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Most Gainesville, Hall schools score well on CRCT exams
Majority of elementary students meet reading and English standards
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Post-secondary education gets more emphasis

With Thursday’s release of school-level Criterion-Referenced Competency Test scores, administrators have been able to get a better idea of where changes may need to be made.

Out of 26 elementary schools in the combined Hall County and Gainesville City Schools systems, in all but one instance, at least 50 percent of students met or exceeded standards on the reading and English-language arts portions of the test.

The only exception was the Lyman Elementary School first-graders — 71.3 percent of those students met or exceeded standards on the reading portion, but only 45.2 percent met the same criteria for English-language arts.

Whereas the elementary students performed well on those areas of the test, the social studies section proved to be a challenge for fifth-grade students. At least half of the students at 12 out of 26 schools did not meet those standards.

"We had a handful of areas that under performed. We have already made some personnel changes in those areas and have planned for some professional learning and support for the individuals and/or subjects involved," said Will Schofield, superintendent of Hall County schools.

On a middle school level, the majority of students at least met math standards, but there were schools — such as West Hall Middle School — where around 30 percent of students did not pass that portion of the CRCT.

The CRCT is administered every spring to first-grade through eighth-grade students as a requirement of the No Child Left Behind Legislation. Student performance on the standardized test is one of the factors used to determine if a school has made Adequate Yearly Progress. If schools fail to make AYP, they face a series of escalating consequences — including having state officials step in to run individual schools.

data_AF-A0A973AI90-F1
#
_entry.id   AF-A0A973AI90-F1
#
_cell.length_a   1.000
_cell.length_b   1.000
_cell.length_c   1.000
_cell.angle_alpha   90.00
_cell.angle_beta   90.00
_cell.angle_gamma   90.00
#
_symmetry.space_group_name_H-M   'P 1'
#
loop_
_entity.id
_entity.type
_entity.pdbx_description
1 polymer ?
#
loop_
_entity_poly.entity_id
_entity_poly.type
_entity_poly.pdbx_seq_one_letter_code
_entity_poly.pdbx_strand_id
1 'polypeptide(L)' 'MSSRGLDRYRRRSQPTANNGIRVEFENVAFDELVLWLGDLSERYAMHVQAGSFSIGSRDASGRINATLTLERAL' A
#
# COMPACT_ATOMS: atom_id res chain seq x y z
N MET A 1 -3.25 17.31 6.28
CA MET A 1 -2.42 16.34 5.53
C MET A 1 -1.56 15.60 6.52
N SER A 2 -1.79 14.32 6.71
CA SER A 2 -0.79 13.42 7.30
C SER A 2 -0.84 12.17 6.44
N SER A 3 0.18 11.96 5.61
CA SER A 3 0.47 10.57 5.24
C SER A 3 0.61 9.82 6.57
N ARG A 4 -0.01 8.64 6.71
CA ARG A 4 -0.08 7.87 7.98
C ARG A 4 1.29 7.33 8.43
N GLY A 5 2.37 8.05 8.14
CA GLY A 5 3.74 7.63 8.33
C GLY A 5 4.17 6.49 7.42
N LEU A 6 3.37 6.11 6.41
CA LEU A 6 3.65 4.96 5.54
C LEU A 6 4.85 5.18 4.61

"The CRCT is just one piece of how we measure our progress. We measure the participation in project-based learning, how students can apply knowledge, use technology, communicate effectively — not just that one test," said Merrianne Dyer, Gainesville schools superintendent.

"However, we do recognize that our school system is evaluated for federal requirements for the tests."

Although these most recent scores have given schools an idea of how students performed on the CRCT, there is still an opportunity for scores to improve. Students are allowed to retake portions of the test that they did not pass and those scores have not been added in yet.

System officials are planning to use this data to determine how staff reductions necessitated by reduced state funding is affecting student learning.

"We are analyzing the impact of fewer teachers and less support service, particularly for (English-language learners)," said Dyer.

"We are looking at whole new frameworks of service — how to leverage program service together but we know that there are more budget challenges ahead."

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